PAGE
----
Steve Beare has just about everything pointed in a positive direction after two seasons as head coach of St. Ed’s baseball team. Interest in the program is up, and the product on the field seems well attuned to the guidance and philosophy of the coaching staff.
Playing as an independent, the 2019 team finished 11-8 and stands to lose only one graduate from combined varsity and middle school rosters totaling 23 players. That arithmetic alone offers encouragement when not that long ago simply fielding a viable team was a game-to-game concern.
The task of returning our national pastime to prominence at St. Ed’s is still ongoing, but Beare has a firm handle on the ingredients required to move the project forward.
“We try to build team chemistry, and that’s something we really noticed happening around midseason,” Beare said. “This year was the same as last year in that we had a lot of returning players, which was a huge benefit for the team. The players knew the program that the coaching staff was putting out. It’s a specific program based on fundamentals and making sure they all understand the process in which we want the ball handled.”
In baseball, and all sports for that matter, doing the little things well and making the right decisions are what every coach wants to see from his or her players. Beare feels that a nice type of synergy evolved with this group over the course of the past two seasons.
“We have Michael Mangieri (3B), Aidan Taylor (1B), Casey Richey (SS, P) and Will Miller (OF) coming back as seniors,” Beare explained. “Those four guys were in leadership roles this year, as was our only senior, Anand Chundi.
“We had two freshmen (Travis Camp and Zander Beare) working the middle infield quite a bit and getting the chemistry going there was really important for us. Having Chundi controlling the game from behind the plate was huge.”
The idea was to be strong up the middle, develop some of the younger guys into consistent contributors, and find some continuity in leadership. All of that is essential to give the players a chance to perform well and win games.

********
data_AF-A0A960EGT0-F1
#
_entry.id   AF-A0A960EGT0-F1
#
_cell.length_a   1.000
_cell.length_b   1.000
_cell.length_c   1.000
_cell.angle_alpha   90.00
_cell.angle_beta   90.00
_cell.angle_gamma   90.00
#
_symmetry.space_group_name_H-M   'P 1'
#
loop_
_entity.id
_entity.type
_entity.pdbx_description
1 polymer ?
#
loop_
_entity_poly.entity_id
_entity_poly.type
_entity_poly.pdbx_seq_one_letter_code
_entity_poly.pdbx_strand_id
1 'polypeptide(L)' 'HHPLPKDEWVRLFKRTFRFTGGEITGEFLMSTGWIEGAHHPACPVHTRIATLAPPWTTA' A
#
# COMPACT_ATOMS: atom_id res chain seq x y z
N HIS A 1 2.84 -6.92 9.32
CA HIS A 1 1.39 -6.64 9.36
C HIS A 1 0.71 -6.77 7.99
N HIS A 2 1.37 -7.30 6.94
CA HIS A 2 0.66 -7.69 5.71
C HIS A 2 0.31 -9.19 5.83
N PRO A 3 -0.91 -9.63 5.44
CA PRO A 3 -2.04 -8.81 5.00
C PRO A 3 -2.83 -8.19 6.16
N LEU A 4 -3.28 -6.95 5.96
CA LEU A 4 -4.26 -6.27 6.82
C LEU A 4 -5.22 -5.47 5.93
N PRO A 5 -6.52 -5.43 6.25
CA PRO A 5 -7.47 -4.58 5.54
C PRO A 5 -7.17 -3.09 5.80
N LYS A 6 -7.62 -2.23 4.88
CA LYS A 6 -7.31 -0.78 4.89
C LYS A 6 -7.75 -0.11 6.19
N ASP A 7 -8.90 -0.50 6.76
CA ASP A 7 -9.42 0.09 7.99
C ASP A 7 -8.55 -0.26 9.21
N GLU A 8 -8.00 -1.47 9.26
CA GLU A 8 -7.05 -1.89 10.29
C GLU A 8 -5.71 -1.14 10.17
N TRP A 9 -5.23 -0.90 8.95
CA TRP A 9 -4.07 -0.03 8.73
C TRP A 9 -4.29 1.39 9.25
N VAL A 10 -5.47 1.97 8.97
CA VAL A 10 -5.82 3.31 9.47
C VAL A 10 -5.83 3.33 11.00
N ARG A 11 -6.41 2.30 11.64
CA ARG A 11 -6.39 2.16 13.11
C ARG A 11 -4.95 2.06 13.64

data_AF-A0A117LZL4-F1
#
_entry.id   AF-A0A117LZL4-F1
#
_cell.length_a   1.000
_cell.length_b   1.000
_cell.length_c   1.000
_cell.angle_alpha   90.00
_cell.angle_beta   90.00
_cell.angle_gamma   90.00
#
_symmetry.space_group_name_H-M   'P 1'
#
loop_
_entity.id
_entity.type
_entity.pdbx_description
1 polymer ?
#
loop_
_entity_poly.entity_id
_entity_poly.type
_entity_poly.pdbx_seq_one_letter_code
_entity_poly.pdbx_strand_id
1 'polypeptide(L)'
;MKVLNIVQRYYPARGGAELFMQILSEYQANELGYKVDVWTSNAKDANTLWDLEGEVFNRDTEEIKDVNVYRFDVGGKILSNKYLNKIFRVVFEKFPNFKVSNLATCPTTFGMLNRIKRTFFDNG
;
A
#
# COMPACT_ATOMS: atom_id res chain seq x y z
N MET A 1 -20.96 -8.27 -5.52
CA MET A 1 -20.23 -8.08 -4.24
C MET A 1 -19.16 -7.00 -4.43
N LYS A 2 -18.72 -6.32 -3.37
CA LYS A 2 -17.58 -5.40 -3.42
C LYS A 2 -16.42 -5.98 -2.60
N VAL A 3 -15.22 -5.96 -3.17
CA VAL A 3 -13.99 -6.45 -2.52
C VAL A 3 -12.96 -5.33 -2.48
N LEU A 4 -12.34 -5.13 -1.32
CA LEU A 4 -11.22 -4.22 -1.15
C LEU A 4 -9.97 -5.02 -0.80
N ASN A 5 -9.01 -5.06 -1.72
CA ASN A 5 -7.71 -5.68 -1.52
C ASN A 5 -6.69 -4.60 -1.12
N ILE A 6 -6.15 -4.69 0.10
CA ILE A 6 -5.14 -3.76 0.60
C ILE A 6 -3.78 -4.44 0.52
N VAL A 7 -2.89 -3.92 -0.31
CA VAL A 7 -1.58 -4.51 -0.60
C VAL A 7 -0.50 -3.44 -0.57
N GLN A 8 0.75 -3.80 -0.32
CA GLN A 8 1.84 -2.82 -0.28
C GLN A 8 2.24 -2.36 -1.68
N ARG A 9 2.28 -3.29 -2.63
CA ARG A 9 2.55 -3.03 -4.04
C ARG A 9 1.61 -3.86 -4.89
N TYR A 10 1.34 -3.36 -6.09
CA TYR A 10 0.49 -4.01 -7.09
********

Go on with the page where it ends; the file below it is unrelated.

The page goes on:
Naturally, pitching is the main component. Camp and Richey carried the bulk of the load on the hill by posting four wins each, with ERAs under 4.00, including five complete games between them. The offense, while not necessarily explosive, was paced by Mangieri, Camp and Richey. They were all batting north of .300.
“I would characterize our team by saying we were scrappy,” Beare said. “All year long when we’ve been down and the other teams had the opportunity to seize control of the game, we’ve found ways to come back and sometimes win the game. We played to the last out.
“Whether it’s hit-and-runs, steals, or the execution of bunts to move runners along, we’ve asked everyone, including our freshmen, to do those things so we can get to hitters who can do some damage. We had some guys move to different positions on the field and play incredible defense. Really, it was a compilation of all the guys doing those things together that made the team chemistry so incredible this year.
“Good team chemistry builds trust, and that’s when players start to play not for themselves, but for each other. That’s the product that we saw, especially during that seven game win streak.”
The Pirates surged to 10-5 at that point before dropping three of the last four. Beare felt they could have won another game or three, and what coach refuses to believe that? The outlook for next year is already festooned with promise.
“I think all of this is just going to push everyone to play at a higher level,” Beare told us. “That’s what we’ve been pushing for this year – to get them to play outside of their comfort zone and get to that next level.
“Coach (John) Scruggs and I are bringing a high-energy, fast-paced, up-tempo scale to the baseball field. We are also trying to bring the NCAA experience to these guys at the high school level, so when they leave here they are prepared for the college game day.”
The aim for next year is to lock in a more stable schedule by getting back into a FHSAA district. That would also facilitate beefing up the number of games. Beare says he will leave those matters to others while continuing to explore ways to reverse a trend and lure ex-pats back to the sport of baseball on the gorgeous field at St. Ed’s.
“A lot of the kids who used to play baseball may have transferred over to other sports like lacrosse. If our program continues to advance, I can see that as an enticement to get some of those kids back to baseball, the sport I believe they really love.”